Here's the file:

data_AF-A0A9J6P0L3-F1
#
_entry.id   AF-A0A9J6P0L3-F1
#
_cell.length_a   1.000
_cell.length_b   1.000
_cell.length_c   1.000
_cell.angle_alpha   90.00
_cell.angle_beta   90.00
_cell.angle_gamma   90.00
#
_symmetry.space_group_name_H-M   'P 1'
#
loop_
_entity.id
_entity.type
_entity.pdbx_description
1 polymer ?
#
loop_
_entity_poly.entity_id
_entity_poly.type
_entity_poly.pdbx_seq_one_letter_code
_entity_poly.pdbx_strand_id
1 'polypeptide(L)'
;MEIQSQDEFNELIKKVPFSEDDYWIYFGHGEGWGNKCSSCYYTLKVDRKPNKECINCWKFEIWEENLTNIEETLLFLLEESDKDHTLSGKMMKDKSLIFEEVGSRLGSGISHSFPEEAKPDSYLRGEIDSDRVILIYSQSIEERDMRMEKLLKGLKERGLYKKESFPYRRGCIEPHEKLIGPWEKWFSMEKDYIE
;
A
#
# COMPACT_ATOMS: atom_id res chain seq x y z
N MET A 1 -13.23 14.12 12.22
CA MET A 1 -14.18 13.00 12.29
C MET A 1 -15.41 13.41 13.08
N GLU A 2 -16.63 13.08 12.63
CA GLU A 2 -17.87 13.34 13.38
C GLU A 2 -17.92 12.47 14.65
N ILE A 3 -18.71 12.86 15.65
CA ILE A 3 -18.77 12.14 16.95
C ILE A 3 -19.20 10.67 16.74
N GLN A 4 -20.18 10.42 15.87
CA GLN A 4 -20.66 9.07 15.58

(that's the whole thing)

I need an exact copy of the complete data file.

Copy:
data_AF-A0A9J6P0L3-F1
#
_entry.id   AF-A0A9J6P0L3-F1
#
_cell.length_a   1.000
_cell.length_b   1.000
_cell.length_c   1.000
_cell.angle_alpha   90.00
_cell.angle_beta   90.00
_cell.angle_gamma   90.00
#
_symmetry.space_group_name_H-M   'P 1'
#
loop_
_entity.id
_entity.type
_entity.pdbx_description
1 polymer ?
#
loop_
_entity_poly.entity_id
_entity_poly.type
_entity_poly.pdbx_seq_one_letter_code
_entity_poly.pdbx_strand_id
1 'polypeptide(L)'
;MEIQSQDEFNELIKKVPFSEDDYWIYFGHGEGWGNKCSSCYYTLKVDRKPNKECINCWKFEIWEENLTNIEETLLFLLEESDKDHTLSGKMMKDKSLIFEEVGSRLGSGISHSFPEEAKPDSYLRGEIDSDRVILIYSQSIEERDMRMEKLLKGLKERGLYKKESFPYRRGCIEPHEKLIGPWEKWFSMEKDYIE
;
A
#
# COMPACT_ATOMS: atom_id res chain seq x y z
N MET A 1 -13.23 14.12 12.22
CA MET A 1 -14.18 13.00 12.29
C MET A 1 -15.41 13.41 13.08
N GLU A 2 -16.63 13.08 12.63
CA GLU A 2 -17.87 13.34 13.38
C GLU A 2 -17.92 12.47 14.65
N ILE A 3 -18.71 12.86 15.65
CA ILE A 3 -18.77 12.14 16.95
C ILE A 3 -19.20 10.67 16.74
N GLN A 4 -20.18 10.42 15.87
CA GLN A 4 -20.66 9.07 15.58